Commonly reported side effects of insulin regular include: hypoglycemia. Other side effects include: weight gain. See below for a comprehensive list of adverse effects.
Applies to insulin regular: injection solution
Along with its needed effects, insulin regular may cause some unwanted effects. Although not all of these side effects may occur, if they do occur they may need medical attention.
Check with your doctor immediately if any of the following side effects occur while taking insulin regular:
Incidence not known
Some side effects of insulin regular may occur that usually do not need medical attention. These side effects may go away during treatment as your body adjusts to the medicine. Also, your health care professional may be able to tell you about ways to prevent or reduce some of these side effects. Check with your health care professional if any of the following side effects continue or are bothersome or if you have any questions about them:
Incidence not known
Applies to insulin regular: injectable solution, intravenous solution, subcutaneous solution
Frequency not reported: Transitory, reversible ophthalmologic refraction disorder, worsening diabetic neuropathy
Transitory, reversible ophthalmologic refraction disorder and worsening of diabetic retinopathy has been reported with insulin initiation and glucose control intensification. Over the long-term, improved glycemic control decreases the risk for diabetic neuropathy.
Uncommon (0.1% to 1%): Lipodystrophy
Long-term use of insulin can cause lipodystrophy at the site of repeated insulin injections. Lipodystrophy includes lipohypertrophy (thickening of adipose tissue) and lipoatrophy (thinning of adipose tissues).
Uncommon (0.1% to 1%): Local reactions such as redness, swelling, or itching at the injection site
Very rare (less than 0.01%): Anaphylactic reactions
Postmarketing reports: Severe, life-threatening, generalized allergy, including anaphylaxis
Hypersensitivity reactions have included both local and systemic reactions. Anaphylaxis has been reported. Local reactions have presented as erythema, local edema, and pruritus at the injection site. Most minor reactions to insulin at the injection site resolve in a few days to a few weeks. In some instances these reactions have been caused by other factors such as irritants in a skin cleansing agent or poor injection technique. Localized reactions have been reported with metacresol, which is an excipient in many insulin products.
Generalized allergy to insulin may present as a whole body rash, dyspnea, wheezing, hypotension, tachycardia, or diaphoresis.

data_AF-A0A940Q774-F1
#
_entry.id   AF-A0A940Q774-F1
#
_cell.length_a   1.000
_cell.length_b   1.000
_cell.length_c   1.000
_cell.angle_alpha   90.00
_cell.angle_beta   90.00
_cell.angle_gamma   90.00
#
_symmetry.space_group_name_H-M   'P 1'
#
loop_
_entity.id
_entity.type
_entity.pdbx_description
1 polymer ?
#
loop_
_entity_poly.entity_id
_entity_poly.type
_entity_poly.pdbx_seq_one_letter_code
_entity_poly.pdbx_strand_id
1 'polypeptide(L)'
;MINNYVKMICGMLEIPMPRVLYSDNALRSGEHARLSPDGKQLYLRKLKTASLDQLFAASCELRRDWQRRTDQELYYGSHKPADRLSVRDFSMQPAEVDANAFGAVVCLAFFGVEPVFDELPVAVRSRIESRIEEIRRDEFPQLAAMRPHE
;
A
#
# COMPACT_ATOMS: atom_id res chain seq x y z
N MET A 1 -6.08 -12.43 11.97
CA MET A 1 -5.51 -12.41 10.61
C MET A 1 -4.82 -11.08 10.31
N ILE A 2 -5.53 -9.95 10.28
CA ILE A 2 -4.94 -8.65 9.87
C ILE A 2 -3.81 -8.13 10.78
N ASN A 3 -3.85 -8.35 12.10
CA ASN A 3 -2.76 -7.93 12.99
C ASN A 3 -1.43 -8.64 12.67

Increases in titers of anti-insulin antibodies that react with human insulin have been observed; some data indicates the increase is transient. The clinical significance of these antibodies is unknown; it does not appear to cause deterioration in glycemic control.
Frequency not reported: Formation of anti-insulin antibodies
Frequency not reported: Sodium retention and edema
Insulin may cause sodium retention and edema, especially with intensified insulin therapy. Combination use with thiazolidinediones has resulted in fluid retention which has led to or exacerbated heart failure.
Adverse reactions reported with this insulin include hypoglycemia, allergic reactions, injection site reactions, lipodystrophy, weight gain, and edema
Very common (10% or more): Hypoglycemia
Rare (less than 0.1%): Insulin resistance
Frequency not reported: Hypokalemia, hyperglycemia, diabetic ketoacidosis, hyperosmolar hyperglycemic non-ketotic syndrome, hypomagnesemia, hypophosphatemia
Postmarketing reports: Weight gain
Hypoglycemia is the most common adverse reaction of all insulin therapies. The timing of hypoglycemia generally reflects the time-action profile of the administered insulin, however, the time action profile of any insulin may vary considerably in different individuals or at different times in the same individual depending on dose, site of injection, blood supply, temperature, and physical activity. Other factors such as changes in food intake (timing of meals, amount or type of food) and concomitant medications will also affect the risk of hypoglycemia.
Hypokalemia, which is due to a shift in potassium from the extracellular to the intracellular space, occurs with all insulins. Hypokalemia and hypomagnesemia has been reported, particularly in patients treated for diabetic ketoacidosis (DKA). Insulin increases the intracellular transport of phosphate, which often results in hypophosphatemia during treatment of DKA. In situations in which not enough insulin is available to control blood glucose, hyperglycemia, diabetic ketoacidosis, and hyperosmolar hyperglycemic non-ketotic syndrome may occur.
Weight gain has been reported and has been attributed to the anabolic effects of insulin and the decrease in glucosuria.
Injection site reactions including pain, redness, hives, inflammation, bruising, swelling, and itching have occurred. These usually resolve in a few days to a few weeks; rotation of the injection site reduces the risk of these reactions developing.
Common (1% to 10%): Injection site hypertrophy
Frequency not reported: Injection site reactions
Frequency not reported: Acute painful peripheral neuropathy
Acute painful peripheral neuropathy has been reported with insulin initiation and glucose control intensification. Over the long-term, improved glycemic control decreases the risk for neuropathy.
Weight gain can occur with insulin use; it is believed to be due to the anabolic effects of insulin and the decrease in glucosuria.
Frequency not reported: Weight gain
Medically reviewed by BestRx Medical Team Last updated on 1/1/2020.
Source: Drugs.com Insulin Lispro